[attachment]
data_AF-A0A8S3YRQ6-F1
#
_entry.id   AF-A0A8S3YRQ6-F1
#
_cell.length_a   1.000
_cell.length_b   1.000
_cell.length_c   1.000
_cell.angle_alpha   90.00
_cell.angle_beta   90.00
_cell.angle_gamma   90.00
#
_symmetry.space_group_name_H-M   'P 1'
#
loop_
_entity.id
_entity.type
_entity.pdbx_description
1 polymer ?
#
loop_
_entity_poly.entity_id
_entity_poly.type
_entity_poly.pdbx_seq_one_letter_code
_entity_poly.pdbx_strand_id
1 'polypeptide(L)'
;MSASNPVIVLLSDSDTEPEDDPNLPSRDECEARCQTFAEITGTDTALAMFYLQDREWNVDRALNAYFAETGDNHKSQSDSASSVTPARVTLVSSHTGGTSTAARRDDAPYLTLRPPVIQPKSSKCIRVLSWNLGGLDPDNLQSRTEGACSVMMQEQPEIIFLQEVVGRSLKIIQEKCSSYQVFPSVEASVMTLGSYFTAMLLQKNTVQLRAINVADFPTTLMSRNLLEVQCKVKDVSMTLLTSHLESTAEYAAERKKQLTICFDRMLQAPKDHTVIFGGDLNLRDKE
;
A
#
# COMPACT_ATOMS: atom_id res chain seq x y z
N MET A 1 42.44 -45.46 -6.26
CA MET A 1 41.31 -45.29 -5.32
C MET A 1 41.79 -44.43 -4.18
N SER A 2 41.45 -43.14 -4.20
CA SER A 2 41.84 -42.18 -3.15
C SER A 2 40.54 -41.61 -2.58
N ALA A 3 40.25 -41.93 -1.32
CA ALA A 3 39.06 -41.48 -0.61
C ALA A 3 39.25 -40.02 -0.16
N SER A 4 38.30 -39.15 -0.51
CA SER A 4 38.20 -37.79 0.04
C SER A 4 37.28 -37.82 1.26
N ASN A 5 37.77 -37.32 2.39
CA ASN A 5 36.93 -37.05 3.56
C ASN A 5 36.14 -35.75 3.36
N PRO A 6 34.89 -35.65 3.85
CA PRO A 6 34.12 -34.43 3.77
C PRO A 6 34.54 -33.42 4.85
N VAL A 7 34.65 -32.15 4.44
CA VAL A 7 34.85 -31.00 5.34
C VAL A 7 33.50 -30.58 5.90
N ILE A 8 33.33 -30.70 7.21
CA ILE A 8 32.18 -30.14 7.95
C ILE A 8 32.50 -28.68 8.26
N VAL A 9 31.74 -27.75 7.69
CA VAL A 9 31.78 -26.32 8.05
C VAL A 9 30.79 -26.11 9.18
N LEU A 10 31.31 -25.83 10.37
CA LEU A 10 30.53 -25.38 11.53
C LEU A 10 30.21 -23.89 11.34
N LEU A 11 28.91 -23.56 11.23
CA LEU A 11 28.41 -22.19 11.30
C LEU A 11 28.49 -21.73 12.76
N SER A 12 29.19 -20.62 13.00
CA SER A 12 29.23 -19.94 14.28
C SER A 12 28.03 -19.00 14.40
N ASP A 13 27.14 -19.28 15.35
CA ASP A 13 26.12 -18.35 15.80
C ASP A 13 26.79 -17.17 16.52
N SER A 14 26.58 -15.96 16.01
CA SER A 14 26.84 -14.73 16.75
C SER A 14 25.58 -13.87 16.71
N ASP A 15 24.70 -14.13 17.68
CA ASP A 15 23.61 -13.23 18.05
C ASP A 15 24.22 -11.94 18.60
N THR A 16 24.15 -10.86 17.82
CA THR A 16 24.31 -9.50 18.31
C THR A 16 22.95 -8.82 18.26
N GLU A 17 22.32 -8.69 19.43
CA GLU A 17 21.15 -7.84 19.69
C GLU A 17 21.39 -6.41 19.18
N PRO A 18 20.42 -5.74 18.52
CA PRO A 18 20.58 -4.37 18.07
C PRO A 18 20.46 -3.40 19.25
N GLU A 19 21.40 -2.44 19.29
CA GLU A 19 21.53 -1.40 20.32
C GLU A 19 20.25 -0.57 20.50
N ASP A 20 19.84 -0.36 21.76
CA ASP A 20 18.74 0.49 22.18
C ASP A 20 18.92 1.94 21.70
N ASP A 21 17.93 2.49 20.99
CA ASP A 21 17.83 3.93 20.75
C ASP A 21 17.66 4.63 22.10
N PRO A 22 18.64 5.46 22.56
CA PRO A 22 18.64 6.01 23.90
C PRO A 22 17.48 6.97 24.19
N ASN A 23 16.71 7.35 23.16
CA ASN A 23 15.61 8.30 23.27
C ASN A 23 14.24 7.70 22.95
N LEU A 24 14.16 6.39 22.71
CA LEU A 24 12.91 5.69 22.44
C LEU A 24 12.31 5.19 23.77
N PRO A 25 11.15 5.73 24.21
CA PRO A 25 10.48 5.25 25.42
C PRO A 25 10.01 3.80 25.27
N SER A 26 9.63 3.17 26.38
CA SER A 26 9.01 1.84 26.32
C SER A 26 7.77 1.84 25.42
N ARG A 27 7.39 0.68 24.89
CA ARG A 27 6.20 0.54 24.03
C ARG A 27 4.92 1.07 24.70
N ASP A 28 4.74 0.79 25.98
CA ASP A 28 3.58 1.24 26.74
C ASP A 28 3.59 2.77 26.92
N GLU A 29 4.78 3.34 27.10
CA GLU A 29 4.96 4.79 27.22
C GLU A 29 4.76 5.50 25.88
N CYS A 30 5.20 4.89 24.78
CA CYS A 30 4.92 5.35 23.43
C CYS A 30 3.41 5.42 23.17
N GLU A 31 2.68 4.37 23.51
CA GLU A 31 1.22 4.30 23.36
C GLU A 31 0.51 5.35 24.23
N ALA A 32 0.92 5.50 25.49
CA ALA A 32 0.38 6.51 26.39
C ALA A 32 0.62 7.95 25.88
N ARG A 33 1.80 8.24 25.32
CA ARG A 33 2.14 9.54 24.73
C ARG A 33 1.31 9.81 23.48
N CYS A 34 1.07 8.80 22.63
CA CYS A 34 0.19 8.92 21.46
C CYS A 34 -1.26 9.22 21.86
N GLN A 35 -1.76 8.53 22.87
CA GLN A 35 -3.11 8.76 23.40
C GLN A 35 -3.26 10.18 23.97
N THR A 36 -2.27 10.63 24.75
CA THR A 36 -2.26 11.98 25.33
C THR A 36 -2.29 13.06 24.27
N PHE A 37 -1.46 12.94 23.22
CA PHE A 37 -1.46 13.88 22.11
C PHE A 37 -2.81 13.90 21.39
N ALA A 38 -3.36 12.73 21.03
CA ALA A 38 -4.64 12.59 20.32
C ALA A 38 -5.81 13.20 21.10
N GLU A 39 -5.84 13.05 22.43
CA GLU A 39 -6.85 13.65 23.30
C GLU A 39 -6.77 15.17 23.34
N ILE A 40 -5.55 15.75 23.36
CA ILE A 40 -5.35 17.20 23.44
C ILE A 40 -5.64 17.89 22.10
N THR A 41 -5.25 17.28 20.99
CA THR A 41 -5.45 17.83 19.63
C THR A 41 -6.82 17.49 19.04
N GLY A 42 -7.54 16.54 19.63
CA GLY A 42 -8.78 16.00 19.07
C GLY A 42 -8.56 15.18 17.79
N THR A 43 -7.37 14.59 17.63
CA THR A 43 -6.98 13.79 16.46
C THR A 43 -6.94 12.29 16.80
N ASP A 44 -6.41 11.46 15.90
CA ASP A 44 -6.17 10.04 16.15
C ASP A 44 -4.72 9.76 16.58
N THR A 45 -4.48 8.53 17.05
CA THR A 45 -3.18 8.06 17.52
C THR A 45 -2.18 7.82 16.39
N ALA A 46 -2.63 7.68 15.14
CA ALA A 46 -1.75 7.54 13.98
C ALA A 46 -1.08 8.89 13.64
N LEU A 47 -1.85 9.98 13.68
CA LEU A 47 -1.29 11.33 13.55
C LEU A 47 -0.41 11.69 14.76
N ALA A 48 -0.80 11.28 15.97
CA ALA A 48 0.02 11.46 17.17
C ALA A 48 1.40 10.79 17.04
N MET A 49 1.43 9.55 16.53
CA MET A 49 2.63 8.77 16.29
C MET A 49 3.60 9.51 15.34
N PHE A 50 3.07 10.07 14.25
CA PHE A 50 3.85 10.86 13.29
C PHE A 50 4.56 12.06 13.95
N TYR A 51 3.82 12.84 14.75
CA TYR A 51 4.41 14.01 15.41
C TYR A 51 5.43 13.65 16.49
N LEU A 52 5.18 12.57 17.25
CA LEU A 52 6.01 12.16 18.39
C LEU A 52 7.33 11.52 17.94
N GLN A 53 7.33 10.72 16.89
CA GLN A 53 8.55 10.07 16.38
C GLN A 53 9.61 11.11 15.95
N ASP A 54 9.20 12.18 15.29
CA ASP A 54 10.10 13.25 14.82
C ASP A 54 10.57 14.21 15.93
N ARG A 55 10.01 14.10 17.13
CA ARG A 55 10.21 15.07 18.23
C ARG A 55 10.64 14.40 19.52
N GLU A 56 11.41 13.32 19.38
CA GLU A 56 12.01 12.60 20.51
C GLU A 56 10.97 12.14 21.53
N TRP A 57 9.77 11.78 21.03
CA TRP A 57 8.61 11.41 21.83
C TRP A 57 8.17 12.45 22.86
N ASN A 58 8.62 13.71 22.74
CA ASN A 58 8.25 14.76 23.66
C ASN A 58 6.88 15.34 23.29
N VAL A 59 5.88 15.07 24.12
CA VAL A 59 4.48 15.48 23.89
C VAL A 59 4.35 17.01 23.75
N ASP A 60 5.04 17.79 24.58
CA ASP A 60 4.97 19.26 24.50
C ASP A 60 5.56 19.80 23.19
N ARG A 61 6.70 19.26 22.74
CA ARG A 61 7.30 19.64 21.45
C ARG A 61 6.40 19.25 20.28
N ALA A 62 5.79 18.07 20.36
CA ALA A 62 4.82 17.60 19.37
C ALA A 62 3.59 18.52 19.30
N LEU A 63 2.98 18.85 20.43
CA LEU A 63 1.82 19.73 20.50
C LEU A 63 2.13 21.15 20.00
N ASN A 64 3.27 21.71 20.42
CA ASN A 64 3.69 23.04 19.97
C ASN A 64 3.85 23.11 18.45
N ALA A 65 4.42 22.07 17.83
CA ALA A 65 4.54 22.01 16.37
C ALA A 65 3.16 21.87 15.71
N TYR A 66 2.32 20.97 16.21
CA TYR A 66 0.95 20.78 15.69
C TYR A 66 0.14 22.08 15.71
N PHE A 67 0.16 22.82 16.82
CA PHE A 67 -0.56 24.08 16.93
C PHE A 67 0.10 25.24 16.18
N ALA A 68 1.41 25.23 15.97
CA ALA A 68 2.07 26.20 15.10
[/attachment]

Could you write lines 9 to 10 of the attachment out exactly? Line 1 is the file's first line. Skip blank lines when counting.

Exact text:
_cell.angle_beta   90.00
_cell.angle_gamma   90.00